I love the sound of star names, and two of my favorites are due south at nightfall now through the end of the month. Allow me to introduce Zubenelgenubi and Zubeneschamali. How could anyone resist saying these mellifluous tongue twisters? They’re Libra the Scales’ two brightest stars and known also by their plain vanilla names, Alpha and Beta Librae.
First, let’s pronounce them properly: zoo-BEN-el-je-NEW-bee and zoo-BEN-es-sha-MA-li. Thanks to all the vowels, they’re not as hard to say as they look. They’re also the two stars of Libra’s faint outline you’re likely to see. Both are 3rd magnitude or one level fainter than the stars of the Big Dipper. To find them, face south at nightfall and look for the bright star Spica and planet Saturn. Reach your fist against the sky and look about two fist widths to the left of Spica to spot Zubenelgenubi. Zubeneschamali is a fist to its upper left.
Libra, like its neighbor Scorpius, is one of the zodiac constellations, and the only one that doesn’t represent an animal. Instead its stars suggest a balance or set of scales. Back in the days of ancient Babylon, there was no Libra. The two Zubes were the outstretched claws of the Scorpion. This bit of history is preserved in their names, which translated from the Arabic mean ‘the Northern Claw’ and ‘the Southern Claw’.
Two thousand years ago the sun was in Libra on the first day of fall, and the constellation was re-conceived by the Greeks and Romans as a balance. This is very fitting when you consider that day and night are ‘balanced’ or equal to one another in length on the equinoxes or the first days of spring and fall.
Alpha or Zubenelgenubi is a very nice double star that keen-eyed sky watchers might split using only the naked eye. The companion, called Alpha-1, lies very close northwest of the brighter Alpha-2. Any pair of binoculars will cleave the pair if you’re having difficulty by eyeball alone.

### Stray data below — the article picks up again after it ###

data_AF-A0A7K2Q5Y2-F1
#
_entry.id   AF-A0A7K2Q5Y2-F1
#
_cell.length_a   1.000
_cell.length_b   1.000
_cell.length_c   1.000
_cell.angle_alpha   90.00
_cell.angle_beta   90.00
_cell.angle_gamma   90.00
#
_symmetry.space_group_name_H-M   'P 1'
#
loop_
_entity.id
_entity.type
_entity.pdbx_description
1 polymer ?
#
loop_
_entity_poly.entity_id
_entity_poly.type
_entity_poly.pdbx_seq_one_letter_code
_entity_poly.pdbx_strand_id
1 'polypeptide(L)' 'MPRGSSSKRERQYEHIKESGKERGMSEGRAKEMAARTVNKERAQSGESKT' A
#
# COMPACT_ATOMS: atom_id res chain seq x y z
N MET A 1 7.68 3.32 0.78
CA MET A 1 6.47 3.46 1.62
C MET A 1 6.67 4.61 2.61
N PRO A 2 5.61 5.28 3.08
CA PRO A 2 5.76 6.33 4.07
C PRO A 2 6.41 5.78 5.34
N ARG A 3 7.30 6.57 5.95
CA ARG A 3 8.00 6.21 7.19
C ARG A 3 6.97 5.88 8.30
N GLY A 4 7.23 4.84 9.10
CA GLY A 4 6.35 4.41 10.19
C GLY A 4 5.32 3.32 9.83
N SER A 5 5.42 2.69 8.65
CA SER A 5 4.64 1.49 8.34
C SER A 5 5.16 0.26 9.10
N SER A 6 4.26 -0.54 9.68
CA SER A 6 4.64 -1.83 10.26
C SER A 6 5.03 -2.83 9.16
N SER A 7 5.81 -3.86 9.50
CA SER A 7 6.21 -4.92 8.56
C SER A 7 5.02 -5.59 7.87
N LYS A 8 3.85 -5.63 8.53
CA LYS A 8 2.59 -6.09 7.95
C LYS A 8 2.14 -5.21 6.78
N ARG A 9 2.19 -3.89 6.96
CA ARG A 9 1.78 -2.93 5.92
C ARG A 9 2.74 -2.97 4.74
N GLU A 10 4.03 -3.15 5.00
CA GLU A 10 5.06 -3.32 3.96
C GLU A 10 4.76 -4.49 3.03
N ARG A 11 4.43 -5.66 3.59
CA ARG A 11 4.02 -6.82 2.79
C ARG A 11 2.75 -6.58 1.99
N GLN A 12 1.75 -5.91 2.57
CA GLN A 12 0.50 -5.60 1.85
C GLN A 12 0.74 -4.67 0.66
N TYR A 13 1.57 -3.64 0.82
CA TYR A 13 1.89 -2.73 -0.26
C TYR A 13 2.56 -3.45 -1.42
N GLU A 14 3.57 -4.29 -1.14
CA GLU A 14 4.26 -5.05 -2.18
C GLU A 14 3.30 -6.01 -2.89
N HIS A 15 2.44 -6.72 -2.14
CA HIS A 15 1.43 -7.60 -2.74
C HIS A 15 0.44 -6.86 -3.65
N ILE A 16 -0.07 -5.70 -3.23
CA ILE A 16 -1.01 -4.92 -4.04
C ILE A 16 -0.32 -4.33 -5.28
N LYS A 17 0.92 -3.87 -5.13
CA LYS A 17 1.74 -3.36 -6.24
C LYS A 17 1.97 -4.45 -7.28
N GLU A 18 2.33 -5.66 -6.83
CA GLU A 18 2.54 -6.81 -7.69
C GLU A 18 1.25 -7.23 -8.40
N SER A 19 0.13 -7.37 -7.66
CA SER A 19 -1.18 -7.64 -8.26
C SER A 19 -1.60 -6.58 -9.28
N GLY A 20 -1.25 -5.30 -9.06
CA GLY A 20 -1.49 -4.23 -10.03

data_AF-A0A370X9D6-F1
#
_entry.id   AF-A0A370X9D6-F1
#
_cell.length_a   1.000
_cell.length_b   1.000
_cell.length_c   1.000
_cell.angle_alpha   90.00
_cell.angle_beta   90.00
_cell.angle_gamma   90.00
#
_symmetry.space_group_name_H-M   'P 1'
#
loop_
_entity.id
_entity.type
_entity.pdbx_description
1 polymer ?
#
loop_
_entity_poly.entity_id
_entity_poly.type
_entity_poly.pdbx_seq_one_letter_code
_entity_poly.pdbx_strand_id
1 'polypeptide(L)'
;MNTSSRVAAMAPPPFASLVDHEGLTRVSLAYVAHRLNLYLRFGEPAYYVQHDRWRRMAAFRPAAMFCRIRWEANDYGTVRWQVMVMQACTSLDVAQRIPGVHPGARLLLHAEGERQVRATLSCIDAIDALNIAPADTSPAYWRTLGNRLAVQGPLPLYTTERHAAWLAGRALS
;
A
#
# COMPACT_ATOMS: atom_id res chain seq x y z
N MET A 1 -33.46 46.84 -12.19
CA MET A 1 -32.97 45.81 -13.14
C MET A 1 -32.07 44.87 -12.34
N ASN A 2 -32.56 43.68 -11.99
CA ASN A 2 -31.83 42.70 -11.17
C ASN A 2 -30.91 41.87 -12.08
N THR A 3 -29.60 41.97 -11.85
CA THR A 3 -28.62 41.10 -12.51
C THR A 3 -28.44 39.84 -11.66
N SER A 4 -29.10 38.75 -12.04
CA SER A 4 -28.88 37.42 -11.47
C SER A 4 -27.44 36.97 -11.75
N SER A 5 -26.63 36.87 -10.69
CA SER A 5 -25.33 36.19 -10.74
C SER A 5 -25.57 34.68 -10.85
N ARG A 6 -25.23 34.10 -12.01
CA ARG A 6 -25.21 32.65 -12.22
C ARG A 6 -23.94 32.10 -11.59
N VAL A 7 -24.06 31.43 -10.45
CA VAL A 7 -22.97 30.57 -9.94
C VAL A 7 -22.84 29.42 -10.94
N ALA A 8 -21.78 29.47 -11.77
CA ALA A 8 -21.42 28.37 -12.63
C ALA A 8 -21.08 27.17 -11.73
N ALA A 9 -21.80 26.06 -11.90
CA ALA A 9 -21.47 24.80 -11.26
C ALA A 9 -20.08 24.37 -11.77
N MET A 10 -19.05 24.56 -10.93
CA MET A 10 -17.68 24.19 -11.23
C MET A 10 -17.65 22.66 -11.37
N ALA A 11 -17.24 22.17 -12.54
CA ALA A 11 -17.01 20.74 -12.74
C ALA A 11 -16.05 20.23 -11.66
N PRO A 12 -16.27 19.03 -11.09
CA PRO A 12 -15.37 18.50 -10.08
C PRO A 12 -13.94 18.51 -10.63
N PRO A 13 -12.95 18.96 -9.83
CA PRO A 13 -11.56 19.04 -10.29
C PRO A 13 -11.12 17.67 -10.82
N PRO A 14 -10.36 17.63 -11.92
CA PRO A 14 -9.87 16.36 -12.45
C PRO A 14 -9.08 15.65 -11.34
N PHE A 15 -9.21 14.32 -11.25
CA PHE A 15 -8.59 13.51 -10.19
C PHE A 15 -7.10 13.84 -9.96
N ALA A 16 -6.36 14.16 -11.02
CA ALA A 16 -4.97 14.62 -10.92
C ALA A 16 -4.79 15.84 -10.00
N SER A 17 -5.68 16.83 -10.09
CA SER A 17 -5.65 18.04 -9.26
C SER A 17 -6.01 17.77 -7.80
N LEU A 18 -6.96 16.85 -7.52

Although the two are far apart by double star standards, they’re both 77 light years away and moving together through space. 420 billion miles, equal to about 140 times Pluto’s distance from the sun, separate them. Alpha-2, the brighter, has a little secret – it’s double again. The two stars are so close they appear as one even from Alpha-1!
Zubeneschamali is one of the few if not the only naked eye star that some observers see as green. Based on its temperature, it should appear white, but a few observers beg to differ. I’ve always seen it as white or colorless. Take a look yourself the next clear night and tell us what you see.
Now if you want some real, unequivocal GREEN, take a look at this recent photo from the Spitzer Space Telescope . It’s a ring-shaped nebula some astronomers are likening to the magic green ring wielded by the superhero Green Lantern. The ring is composed of dust and excited to glow by powerful winds and radiation emitted by massive stars in the cloud’s center. Spitzer’s telescope shows the weak infrared (heat) glow of carbon compounds in the ring; the center glows red from light given off by larger, more robust dust grains. This ring’s superpower may lie in its ability to incite the imagination.